Screen-based modules allow for synchronous assessment; educators can see students’ comprehension in real time, allowing them to make small lesson adjustments as students begin to veer off course rather than taking an assessment just before a major exam and suddenly making significant corrections.10

  • Controlled access

Educators report enjoying the ability to release learning in sections, week by week, so students can’t skip ahead and must master what’s in front of them before they can move on.11

  • Self-paced

Students can learn material at their own pace, rerunning simulations multiple times to help them internalize principles being demonstrated.12

Student taking notes from lecture is less effective than interactive learning.ENHANCED ENGAGEMENT

  • More challenged tactile learners

Interactive technology benefits a wide variety of learner types. Kinaesthetic learners, in particular, gain from multi-modal options.12

  • Superior self-assessment

Screen-based learning provides multiple options for self-assessment, such as via sample problems with step-by-step solutions or interactive checkpoint problems that supply hints when requested.12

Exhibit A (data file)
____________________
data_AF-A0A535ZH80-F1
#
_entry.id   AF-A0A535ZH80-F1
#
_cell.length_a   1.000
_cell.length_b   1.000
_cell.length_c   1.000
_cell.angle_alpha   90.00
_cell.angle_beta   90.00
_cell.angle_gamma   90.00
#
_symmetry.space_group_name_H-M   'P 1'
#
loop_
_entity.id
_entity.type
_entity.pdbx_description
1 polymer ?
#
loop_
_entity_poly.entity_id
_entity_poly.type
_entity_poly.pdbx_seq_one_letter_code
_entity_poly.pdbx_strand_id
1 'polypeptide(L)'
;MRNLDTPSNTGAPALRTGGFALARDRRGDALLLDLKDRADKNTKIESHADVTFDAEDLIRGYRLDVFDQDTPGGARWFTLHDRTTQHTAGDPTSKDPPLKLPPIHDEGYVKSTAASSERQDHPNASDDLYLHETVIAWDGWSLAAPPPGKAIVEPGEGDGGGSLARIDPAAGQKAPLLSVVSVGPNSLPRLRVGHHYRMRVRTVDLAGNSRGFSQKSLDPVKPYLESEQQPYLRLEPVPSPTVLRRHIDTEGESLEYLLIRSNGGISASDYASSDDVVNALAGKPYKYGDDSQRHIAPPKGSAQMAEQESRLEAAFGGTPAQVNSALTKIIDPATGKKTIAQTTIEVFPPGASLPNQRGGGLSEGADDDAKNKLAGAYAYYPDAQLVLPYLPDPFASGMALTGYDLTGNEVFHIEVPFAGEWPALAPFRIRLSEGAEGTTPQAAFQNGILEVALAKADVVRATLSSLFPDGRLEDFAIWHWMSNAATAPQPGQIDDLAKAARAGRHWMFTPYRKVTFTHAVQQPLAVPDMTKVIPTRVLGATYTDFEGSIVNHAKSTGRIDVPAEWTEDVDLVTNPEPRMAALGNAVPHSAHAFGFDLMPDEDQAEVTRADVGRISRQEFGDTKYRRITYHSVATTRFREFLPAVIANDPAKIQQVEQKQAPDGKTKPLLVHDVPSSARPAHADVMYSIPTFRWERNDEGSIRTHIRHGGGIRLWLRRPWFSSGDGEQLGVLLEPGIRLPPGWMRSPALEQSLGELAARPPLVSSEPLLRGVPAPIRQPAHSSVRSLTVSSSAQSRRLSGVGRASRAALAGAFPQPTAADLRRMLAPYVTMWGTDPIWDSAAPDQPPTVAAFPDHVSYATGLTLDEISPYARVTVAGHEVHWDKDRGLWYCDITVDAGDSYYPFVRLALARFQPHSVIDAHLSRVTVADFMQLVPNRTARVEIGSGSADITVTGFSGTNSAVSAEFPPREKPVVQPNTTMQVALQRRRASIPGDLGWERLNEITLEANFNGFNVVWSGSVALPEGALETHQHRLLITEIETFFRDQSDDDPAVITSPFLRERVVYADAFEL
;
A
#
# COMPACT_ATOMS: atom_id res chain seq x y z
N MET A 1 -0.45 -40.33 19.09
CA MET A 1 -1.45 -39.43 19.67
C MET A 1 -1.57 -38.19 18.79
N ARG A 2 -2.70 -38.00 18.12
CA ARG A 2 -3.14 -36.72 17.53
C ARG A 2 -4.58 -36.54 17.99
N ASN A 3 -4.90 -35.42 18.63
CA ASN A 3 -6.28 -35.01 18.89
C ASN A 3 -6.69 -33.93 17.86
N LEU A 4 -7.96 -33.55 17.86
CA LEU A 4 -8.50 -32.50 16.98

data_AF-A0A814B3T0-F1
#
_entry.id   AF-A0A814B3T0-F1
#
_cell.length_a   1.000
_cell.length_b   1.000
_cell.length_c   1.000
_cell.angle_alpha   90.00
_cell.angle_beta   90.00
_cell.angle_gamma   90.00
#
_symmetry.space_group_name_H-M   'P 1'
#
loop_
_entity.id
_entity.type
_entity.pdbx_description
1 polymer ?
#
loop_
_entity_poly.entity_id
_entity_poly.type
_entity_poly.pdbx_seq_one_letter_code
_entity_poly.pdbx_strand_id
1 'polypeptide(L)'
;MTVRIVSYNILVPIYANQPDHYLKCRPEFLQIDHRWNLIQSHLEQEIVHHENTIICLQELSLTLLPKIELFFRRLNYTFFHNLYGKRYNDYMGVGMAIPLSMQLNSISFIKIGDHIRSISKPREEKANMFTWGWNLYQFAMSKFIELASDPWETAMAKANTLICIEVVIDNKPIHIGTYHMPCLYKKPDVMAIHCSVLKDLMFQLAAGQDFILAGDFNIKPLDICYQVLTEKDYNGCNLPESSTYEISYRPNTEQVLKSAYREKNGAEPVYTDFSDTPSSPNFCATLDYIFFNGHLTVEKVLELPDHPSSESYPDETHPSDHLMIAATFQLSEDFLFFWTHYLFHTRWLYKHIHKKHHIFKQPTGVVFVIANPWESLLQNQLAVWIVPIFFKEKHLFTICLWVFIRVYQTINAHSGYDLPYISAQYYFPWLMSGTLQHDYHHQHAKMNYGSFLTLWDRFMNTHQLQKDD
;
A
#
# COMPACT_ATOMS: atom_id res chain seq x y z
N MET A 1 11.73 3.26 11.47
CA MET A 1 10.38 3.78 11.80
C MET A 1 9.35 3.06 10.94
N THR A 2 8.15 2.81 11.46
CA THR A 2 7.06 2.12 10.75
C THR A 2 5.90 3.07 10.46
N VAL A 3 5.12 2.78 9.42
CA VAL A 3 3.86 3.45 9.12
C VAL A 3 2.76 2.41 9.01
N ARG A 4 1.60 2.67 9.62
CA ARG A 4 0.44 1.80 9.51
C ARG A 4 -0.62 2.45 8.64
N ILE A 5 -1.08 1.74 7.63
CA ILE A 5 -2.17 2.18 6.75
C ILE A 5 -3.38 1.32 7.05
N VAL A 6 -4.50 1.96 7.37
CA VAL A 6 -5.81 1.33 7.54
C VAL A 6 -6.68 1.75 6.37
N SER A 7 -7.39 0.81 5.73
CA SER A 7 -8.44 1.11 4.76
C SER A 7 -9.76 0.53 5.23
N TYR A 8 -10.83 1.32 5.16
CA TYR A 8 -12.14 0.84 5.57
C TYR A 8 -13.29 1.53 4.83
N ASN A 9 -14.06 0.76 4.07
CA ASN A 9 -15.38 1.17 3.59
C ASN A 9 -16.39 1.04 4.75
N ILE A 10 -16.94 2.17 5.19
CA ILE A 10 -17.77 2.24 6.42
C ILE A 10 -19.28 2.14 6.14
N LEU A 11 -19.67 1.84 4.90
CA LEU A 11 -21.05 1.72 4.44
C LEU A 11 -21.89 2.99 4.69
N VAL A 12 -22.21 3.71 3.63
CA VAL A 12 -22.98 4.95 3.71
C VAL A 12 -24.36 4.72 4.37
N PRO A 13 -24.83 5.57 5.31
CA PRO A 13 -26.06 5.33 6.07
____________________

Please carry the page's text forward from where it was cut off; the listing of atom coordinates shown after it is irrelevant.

• Fun + feedback

Students learning medication-dosage calculations said interactive media was more enjoyable and interesting than textbooks and provided sufficient feedback.13

  • Overcoming boredom

Students across four countries preferred the dynamic presentations, effective animation, comic effects, and interactive media of digital learning resources.14

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The Learning Shift

Learn more about Engage Fundamentals


1Online learning wins out over textbooks in boosting science scores. [Web log post]. 2018, February. Retrieved from

2Edgcomb, A. D., Vahid, F., Lysecky, R. L., Knoesen, A., Amirtharajah, R., & Dorf, M. L. (2015). Student performance improvement using interactive textbooks: A three-university cross-semester analysis. In 122nd ASEE Annual Conference and Exposition: Making value for Society American Society for Engineering Education.

3Moreno, R. & Mayer, R. Educ Psychol Rev (2007) 19: 309.